A detailed description of the overall study population with stratification by health services and specialties as well as by socio-demographic variables was performed. A table reporting percentage and 95% confidence intervals for answer to each item of the questionnaire was produced.

Number and proportion of all answers to the two open questions were computed.


The final study population consisted of 285 individuals after 10 (10/295 = 3.4%) nurses declined to participate at the survey. Thirty-six nurses were from Al Zahouer Hospital, 11 from El Masah el Bahary Hospital, 35 from El Naser Hospital, 16 from the Epidemic Hospital, 12 from the Ophtalmology Hospital, 32 from Port Fouad Hospital, 58 from Port Said General Hospital, and 85 from Primary Health Centres.

In terms of nursing specialties, 31 participants worked in the intensive care unit (ICU), 5 were part of teams in the Infection Prevention and Control unit, 46 worked in the inpatient ward, 12 in the pediatric ward, 6 in the blood bank, 29 in the emergency room (ER), 11 in the operation theatre, 105 in outpatient departments, and 40 from other areas such as sterilization and radiology.

The majority of the sample were females (N = 274; 96.1%) and most of participants were married (N = 258; 90.5%). Most of survey participants were staff nurses (N = 241; 84.6%), followed by head nurses (N = 19;6.7%); supervisors, matrons and others represented less than 5.0% of the total study population.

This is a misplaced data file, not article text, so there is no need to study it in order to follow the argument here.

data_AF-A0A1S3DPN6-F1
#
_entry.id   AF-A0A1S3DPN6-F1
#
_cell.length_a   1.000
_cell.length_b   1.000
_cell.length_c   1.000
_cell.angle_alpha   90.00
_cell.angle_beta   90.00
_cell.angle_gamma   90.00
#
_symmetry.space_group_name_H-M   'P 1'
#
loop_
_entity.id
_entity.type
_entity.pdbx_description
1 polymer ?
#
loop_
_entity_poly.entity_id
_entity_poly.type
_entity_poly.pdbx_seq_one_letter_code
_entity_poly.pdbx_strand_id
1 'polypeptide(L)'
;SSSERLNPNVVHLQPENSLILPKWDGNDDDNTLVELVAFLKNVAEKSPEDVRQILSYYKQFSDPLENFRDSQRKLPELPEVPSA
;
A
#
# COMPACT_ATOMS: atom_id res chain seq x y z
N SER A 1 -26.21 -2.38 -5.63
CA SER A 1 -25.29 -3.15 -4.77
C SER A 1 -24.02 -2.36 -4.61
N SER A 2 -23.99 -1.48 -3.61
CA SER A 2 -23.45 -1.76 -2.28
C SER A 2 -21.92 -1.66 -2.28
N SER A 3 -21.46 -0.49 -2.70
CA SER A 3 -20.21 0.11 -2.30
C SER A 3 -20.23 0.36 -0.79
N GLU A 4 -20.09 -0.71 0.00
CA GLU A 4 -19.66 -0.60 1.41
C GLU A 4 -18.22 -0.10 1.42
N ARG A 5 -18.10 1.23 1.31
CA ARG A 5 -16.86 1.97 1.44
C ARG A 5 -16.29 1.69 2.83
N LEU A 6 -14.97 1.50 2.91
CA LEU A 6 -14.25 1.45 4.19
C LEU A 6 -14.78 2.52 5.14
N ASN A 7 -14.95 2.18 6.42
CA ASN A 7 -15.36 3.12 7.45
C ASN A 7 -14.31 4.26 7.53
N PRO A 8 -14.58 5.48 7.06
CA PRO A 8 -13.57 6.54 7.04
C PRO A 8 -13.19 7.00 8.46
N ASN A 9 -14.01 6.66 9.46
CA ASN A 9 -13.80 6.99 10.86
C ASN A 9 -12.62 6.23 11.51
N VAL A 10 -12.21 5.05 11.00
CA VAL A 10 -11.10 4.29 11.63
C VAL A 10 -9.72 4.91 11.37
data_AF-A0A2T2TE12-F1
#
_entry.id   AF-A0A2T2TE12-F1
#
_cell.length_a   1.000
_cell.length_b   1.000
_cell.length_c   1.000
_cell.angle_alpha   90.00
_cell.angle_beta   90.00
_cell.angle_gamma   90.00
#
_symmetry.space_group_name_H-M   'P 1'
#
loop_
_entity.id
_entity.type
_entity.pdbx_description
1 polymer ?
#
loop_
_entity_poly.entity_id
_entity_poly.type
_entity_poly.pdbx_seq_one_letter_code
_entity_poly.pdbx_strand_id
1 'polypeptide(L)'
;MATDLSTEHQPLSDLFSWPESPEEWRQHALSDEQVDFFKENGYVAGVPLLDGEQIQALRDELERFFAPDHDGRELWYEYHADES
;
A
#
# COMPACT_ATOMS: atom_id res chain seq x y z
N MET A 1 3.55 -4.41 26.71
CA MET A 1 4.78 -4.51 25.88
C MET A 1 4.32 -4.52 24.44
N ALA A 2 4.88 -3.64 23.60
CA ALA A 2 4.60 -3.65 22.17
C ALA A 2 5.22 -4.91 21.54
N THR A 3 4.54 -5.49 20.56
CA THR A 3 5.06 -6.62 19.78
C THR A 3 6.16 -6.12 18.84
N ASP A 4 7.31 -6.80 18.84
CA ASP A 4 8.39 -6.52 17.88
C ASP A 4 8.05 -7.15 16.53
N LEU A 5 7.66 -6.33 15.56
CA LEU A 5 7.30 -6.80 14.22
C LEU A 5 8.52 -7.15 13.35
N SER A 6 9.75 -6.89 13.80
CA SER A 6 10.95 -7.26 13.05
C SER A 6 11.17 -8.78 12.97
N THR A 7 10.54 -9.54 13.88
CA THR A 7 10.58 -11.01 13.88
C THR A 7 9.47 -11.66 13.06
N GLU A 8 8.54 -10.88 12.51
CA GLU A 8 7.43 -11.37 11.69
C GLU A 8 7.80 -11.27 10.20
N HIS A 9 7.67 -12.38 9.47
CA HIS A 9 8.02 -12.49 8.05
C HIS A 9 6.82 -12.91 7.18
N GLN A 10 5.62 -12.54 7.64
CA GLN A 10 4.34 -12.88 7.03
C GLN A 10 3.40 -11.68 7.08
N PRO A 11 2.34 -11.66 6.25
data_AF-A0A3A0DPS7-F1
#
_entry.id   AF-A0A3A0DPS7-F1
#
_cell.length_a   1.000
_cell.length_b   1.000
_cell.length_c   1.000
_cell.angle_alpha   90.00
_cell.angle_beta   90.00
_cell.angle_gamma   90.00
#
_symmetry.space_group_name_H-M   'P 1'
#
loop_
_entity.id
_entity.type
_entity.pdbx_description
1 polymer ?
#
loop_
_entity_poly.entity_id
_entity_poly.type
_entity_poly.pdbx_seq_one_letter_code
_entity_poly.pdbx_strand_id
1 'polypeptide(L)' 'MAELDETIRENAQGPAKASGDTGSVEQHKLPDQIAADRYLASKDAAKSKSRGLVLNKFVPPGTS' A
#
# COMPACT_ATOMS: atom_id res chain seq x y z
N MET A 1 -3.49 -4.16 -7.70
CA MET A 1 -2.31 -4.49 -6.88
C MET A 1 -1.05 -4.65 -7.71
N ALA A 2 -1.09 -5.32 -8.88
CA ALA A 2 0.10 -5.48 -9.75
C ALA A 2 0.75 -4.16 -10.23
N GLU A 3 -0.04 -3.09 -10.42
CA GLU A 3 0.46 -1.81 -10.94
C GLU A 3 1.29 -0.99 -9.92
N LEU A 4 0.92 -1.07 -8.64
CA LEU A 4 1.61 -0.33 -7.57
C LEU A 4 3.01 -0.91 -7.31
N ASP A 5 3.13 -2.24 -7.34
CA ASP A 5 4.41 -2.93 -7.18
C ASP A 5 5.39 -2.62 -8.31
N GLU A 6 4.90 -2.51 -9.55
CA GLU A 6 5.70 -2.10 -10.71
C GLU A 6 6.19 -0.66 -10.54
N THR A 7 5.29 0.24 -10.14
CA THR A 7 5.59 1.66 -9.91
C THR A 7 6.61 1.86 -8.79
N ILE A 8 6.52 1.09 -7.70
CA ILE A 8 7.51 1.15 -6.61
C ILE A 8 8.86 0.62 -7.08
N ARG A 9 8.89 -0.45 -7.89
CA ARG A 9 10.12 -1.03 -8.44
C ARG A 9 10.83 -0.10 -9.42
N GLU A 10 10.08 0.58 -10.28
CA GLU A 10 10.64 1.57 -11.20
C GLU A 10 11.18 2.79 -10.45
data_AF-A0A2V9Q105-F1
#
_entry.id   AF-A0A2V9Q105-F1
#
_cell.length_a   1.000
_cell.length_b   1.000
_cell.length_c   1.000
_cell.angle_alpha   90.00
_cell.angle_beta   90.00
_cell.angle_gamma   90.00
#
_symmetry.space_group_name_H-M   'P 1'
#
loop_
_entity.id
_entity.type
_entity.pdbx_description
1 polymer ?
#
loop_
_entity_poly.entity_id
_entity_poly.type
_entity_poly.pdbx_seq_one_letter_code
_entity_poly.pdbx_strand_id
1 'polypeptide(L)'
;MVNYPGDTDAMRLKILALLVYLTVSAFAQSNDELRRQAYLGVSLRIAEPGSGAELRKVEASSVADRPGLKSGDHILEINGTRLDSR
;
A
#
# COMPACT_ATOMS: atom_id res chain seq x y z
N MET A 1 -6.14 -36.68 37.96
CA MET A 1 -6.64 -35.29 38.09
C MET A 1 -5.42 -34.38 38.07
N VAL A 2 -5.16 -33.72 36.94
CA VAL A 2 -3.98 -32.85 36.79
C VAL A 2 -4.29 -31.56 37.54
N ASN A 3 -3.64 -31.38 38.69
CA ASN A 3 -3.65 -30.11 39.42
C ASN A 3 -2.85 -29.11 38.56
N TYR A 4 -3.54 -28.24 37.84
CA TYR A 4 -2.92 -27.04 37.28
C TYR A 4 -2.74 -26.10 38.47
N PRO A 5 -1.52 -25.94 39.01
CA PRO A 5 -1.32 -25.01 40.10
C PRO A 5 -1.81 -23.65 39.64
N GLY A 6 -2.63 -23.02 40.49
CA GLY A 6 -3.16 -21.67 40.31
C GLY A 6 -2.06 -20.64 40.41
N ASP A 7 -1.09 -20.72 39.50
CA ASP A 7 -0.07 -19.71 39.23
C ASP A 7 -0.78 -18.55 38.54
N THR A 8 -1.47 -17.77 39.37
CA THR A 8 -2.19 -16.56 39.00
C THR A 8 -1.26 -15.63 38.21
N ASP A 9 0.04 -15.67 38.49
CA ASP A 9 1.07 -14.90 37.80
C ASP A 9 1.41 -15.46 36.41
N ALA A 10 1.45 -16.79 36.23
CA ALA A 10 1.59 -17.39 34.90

Around one third of participants had been working for more than 20 years (N = 102), one fifth had been working for between 10 and 14 years (N = 61), one fifth between 15 and 20 years (N = 59), and the remaining proportion for less than 10 years (N = 63); only 26 nurses had been working for less than 5 years. Almost 40.0% of the participants felt safe in their working environment while around 10.0% completely disagree on this view. Two thirds of participants agreed that their working environment made them feel anxious and stressed. The distribution of nurses who felt supported by their manager was balanced, with around 40% in agreement, 40% in disagreement, and 20% partly agreeing on the subject. Almost 70.0% of participants reported staff shortages in their respective clinical area as reason for high workload, while almost 60.0% disagreed that this meant they were not able to give proper care because of their high workload. Almost 85.0% of the nurses reported that their salary did not cover their living cost while only 13.0% agreed that they earned a fair salary.